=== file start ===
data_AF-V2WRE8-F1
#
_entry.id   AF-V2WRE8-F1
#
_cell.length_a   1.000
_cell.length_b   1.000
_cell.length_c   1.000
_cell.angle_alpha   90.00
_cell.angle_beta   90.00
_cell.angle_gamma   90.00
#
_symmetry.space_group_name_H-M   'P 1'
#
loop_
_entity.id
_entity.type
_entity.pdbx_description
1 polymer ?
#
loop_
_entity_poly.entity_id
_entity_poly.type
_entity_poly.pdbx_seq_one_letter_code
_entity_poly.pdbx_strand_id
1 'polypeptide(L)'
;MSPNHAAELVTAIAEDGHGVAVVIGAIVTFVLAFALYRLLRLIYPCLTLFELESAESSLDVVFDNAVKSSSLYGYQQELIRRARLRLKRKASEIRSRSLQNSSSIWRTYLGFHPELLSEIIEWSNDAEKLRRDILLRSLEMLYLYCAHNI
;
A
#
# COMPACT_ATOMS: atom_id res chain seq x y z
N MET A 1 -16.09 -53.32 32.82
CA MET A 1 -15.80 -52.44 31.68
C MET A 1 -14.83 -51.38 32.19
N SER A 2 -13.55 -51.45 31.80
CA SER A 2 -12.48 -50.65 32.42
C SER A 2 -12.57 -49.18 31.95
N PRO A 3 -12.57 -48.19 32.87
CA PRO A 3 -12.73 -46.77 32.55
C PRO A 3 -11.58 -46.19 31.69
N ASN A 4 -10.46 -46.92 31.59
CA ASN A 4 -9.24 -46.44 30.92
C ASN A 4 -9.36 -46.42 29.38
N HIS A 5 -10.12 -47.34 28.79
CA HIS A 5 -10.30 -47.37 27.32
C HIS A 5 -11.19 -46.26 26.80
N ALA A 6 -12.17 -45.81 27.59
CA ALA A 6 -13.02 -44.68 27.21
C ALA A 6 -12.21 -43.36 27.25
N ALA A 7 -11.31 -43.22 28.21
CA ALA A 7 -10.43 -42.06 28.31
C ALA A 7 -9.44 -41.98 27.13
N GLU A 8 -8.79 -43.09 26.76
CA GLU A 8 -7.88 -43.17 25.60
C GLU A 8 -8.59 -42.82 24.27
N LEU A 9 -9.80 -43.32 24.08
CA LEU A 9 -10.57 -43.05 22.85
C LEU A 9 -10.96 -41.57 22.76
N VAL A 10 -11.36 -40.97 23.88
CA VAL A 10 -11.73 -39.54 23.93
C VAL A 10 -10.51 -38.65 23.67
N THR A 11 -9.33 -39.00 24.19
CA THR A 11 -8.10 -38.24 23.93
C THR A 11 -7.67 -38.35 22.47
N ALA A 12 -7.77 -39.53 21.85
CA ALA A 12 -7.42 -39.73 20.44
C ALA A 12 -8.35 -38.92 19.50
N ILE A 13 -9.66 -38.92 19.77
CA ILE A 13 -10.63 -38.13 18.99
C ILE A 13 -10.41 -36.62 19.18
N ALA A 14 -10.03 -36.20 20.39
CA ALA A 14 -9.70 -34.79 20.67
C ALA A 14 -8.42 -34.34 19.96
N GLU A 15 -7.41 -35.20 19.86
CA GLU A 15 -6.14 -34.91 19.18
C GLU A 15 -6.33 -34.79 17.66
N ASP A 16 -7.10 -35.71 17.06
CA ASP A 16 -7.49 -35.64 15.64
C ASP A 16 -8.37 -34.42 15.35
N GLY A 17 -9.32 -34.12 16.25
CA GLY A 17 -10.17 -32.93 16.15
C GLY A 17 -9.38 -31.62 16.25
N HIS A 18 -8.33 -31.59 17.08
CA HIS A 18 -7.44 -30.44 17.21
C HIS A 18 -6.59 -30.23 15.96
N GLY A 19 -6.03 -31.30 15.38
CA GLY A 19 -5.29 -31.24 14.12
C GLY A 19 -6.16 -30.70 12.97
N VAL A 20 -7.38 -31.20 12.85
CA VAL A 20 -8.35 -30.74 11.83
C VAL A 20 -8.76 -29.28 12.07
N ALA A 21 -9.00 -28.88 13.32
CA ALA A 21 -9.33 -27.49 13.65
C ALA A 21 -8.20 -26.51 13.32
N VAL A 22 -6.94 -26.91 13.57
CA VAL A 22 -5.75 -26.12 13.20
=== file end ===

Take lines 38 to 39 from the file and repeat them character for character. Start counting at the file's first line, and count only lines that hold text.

CA PRO A 3 -12.73 -46.77 32.55
C PRO A 3 -11.58 -46.19 31.69